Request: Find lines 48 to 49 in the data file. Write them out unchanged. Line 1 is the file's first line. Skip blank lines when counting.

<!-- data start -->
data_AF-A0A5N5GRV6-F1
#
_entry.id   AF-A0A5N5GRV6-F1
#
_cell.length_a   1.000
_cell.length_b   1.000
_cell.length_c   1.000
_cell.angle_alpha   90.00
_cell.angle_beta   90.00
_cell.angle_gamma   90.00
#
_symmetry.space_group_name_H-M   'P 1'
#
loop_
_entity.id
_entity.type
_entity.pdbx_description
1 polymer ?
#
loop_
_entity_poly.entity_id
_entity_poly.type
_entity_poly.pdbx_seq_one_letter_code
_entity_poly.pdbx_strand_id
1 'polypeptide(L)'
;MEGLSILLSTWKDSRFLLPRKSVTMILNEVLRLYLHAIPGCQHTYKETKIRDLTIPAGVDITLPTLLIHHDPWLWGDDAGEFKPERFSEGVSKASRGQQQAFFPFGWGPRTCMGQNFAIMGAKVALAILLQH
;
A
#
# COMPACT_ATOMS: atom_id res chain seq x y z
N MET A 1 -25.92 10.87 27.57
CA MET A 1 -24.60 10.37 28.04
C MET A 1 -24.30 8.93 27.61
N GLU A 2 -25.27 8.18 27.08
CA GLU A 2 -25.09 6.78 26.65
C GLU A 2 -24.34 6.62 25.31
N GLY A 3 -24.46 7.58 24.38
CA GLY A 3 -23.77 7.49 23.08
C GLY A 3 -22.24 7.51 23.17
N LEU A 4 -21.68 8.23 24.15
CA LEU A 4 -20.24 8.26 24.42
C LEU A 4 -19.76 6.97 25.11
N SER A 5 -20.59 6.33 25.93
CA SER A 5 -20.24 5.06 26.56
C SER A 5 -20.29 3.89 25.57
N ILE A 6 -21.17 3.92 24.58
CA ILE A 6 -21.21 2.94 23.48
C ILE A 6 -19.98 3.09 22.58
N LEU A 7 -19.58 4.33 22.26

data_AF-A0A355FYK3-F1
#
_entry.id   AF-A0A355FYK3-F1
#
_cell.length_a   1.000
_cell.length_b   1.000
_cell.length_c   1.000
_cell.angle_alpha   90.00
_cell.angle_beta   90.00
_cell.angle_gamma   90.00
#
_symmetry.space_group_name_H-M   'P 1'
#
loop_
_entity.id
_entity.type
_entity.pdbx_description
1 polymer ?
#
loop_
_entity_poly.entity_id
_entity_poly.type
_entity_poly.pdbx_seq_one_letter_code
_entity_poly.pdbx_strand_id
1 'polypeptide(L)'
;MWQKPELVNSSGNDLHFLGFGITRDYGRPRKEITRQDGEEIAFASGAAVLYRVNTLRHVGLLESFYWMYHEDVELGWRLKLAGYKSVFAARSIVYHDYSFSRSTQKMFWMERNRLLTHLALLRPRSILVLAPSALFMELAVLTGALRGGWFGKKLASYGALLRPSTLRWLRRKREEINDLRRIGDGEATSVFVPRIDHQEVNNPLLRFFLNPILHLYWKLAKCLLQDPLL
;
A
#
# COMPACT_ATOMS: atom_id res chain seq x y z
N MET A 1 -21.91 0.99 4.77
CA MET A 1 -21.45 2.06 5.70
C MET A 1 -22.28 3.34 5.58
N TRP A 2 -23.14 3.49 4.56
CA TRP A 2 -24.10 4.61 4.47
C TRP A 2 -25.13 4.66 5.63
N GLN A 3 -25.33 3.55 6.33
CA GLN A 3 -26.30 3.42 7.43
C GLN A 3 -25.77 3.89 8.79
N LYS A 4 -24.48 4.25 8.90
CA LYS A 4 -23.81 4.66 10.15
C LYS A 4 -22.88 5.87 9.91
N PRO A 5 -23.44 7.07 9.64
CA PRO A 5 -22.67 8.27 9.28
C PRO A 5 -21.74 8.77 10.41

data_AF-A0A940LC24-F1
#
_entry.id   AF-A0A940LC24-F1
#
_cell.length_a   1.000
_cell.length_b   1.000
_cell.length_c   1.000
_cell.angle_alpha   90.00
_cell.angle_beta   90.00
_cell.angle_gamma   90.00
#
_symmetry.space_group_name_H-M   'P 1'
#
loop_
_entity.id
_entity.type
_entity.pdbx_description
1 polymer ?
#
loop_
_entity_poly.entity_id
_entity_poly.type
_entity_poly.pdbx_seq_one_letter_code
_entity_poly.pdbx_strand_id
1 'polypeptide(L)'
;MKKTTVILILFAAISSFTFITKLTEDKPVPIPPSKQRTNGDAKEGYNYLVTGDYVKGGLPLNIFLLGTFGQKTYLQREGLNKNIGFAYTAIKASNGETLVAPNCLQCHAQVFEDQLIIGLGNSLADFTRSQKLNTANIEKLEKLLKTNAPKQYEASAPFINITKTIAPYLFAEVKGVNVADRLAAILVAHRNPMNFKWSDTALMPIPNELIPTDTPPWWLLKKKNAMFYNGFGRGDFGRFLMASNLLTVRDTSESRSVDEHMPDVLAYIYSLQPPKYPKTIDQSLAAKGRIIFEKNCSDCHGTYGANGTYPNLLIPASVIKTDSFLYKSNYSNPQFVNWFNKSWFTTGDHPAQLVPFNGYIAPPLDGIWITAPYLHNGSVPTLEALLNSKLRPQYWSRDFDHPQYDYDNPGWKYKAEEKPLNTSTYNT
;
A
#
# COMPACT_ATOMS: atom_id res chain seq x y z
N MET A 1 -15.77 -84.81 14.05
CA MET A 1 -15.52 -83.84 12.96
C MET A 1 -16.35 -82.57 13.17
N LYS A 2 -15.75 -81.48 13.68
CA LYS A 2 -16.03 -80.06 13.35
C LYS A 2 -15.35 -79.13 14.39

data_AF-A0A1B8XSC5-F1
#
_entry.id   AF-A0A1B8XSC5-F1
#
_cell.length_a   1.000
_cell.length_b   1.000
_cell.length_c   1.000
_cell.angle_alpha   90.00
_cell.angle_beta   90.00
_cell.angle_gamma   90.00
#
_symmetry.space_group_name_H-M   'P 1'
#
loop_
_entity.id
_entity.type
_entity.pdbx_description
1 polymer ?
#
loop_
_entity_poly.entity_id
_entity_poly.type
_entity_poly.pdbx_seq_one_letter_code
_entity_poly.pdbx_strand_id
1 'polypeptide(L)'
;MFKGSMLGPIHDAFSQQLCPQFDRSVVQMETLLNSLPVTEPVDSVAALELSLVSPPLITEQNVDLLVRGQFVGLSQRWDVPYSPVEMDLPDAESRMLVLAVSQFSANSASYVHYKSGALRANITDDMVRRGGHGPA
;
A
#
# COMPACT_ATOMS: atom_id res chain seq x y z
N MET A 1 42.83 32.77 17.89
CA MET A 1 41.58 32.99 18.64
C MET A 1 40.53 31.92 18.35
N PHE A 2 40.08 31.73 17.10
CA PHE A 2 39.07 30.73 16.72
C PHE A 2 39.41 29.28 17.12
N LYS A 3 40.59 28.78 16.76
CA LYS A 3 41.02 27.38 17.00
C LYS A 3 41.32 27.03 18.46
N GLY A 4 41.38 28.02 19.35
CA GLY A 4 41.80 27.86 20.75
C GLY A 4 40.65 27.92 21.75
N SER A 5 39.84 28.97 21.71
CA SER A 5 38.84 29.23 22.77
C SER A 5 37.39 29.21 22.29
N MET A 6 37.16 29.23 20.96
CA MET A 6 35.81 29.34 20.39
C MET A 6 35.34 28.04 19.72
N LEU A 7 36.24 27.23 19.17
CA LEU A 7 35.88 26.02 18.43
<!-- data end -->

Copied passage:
C ILE A 6 -19.98 3.09 22.58
N LEU A 7 -19.58 4.33 22.26